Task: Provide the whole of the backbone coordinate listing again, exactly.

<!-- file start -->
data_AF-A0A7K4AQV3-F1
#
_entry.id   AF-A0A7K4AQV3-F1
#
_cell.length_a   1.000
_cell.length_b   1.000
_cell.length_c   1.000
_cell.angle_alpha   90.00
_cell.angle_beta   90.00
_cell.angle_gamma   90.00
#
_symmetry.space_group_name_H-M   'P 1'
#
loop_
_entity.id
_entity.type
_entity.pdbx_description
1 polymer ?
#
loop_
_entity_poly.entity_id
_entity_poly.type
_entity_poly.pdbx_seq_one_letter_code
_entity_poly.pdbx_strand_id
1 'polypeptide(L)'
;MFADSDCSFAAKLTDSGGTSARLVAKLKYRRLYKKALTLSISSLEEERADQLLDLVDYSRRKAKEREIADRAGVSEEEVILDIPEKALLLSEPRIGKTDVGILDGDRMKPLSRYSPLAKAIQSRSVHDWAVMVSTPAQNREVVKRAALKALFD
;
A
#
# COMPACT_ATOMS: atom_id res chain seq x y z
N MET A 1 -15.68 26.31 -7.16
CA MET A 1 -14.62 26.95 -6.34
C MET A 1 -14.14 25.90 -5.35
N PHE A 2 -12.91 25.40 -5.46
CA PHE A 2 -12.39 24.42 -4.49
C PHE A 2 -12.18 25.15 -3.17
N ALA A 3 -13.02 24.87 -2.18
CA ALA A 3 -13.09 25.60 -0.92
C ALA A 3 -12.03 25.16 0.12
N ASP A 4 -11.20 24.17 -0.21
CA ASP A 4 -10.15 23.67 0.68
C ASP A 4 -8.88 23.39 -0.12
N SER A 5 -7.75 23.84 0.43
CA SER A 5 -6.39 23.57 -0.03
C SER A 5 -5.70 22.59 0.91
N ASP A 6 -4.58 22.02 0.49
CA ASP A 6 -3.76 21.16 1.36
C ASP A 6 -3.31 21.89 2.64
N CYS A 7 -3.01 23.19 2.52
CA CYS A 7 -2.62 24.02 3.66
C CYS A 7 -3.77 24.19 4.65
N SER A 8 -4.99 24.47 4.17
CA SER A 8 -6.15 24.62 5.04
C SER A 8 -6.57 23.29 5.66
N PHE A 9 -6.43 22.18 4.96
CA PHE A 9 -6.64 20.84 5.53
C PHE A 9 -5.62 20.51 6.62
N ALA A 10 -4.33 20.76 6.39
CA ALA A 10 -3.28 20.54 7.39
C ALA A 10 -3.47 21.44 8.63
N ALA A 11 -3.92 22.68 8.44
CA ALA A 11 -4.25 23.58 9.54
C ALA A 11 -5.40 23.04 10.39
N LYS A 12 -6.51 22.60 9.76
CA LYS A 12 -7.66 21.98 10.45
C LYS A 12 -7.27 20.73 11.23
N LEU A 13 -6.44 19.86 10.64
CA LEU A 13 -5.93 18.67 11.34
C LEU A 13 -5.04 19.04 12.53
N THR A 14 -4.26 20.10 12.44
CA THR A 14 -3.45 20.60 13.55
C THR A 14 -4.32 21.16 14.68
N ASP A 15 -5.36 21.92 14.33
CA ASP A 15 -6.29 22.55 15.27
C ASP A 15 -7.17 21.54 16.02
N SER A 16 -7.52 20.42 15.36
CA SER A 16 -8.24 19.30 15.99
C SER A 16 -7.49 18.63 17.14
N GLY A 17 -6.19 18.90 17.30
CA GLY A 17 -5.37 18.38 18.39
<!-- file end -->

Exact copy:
data_AF-A0A7K4AQV3-F1
#
_entry.id   AF-A0A7K4AQV3-F1
#
_cell.length_a   1.000
_cell.length_b   1.000
_cell.length_c   1.000
_cell.angle_alpha   90.00
_cell.angle_beta   90.00
_cell.angle_gamma   90.00
#
_symmetry.space_group_name_H-M   'P 1'
#
loop_
_entity.id
_entity.type
_entity.pdbx_description
1 polymer ?
#
loop_
_entity_poly.entity_id
_entity_poly.type
_entity_poly.pdbx_seq_one_letter_code
_entity_poly.pdbx_strand_id
1 'polypeptide(L)'
;MFADSDCSFAAKLTDSGGTSARLVAKLKYRRLYKKALTLSISSLEEERADQLLDLVDYSRRKAKEREIADRAGVSEEEVILDIPEKALLLSEPRIGKTDVGILDGDRMKPLSRYSPLAKAIQSRSVHDWAVMVSTPAQNREVVKRAALKALFD
;
A
#
# COMPACT_ATOMS: atom_id res chain seq x y z
N MET A 1 -15.68 26.31 -7.16
CA MET A 1 -14.62 26.95 -6.34
C MET A 1 -14.14 25.90 -5.35
N PHE A 2 -12.91 25.40 -5.46
CA PHE A 2 -12.39 24.42 -4.49
C PHE A 2 -12.18 25.15 -3.17
N ALA A 3 -13.02 24.87 -2.18
CA ALA A 3 -13.09 25.60 -0.92
C ALA A 3 -12.03 25.16 0.12
N ASP A 4 -11.20 24.17 -0.21
CA ASP A 4 -10.15 23.67 0.68
C ASP A 4 -8.88 23.39 -0.12
N SER A 5 -7.75 23.84 0.43
CA SER A 5 -6.39 23.57 -0.03
C SER A 5 -5.70 22.59 0.91
N ASP A 6 -4.58 22.02 0.49
CA ASP A 6 -3.76 21.16 1.36
C ASP A 6 -3.31 21.89 2.64
N CYS A 7 -3.01 23.19 2.52
CA CYS A 7 -2.62 24.02 3.66
C CYS A 7 -3.77 24.19 4.65
N SER A 8 -4.99 24.47 4.17
CA SER A 8 -6.15 24.62 5.04
C SER A 8 -6.57 23.29 5.66
N PHE A 9 -6.43 22.18 4.96
CA PHE A 9 -6.64 20.84 5.53
C PHE A 9 -5.62 20.51 6.62
N ALA A 10 -4.33 20.76 6.39
CA ALA A 10 -3.28 20.54 7.39
C ALA A 10 -3.47 21.44 8.63
N ALA A 11 -3.92 22.68 8.44
CA ALA A 11 -4.25 23.58 9.54
C ALA A 11 -5.40 23.04 10.39
N LYS A 12 -6.51 22.60 9.76
CA LYS A 12 -7.66 21.98 10.45
C LYS A 12 -7.27 20.73 11.23
N LEU A 13 -6.44 19.86 10.64
CA LEU A 13 -5.93 18.67 11.34
C LEU A 13 -5.04 19.04 12.53
N THR A 14 -4.26 20.10 12.44
CA THR A 14 -3.45 20.60 13.55
C THR A 14 -4.32 21.16 14.68
N ASP A 15 -5.36 21.92 14.33
CA ASP A 15 -6.29 22.55 15.27
C ASP A 15 -7.17 21.54 16.02
N SER A 16 -7.52 20.42 15.36
CA SER A 16 -8.24 19.30 15.99
C SER A 16 -7.49 18.63 17.14
N GLY A 17 -6.19 18.90 17.30
CA GLY A 17 -5.37 18.38 18.39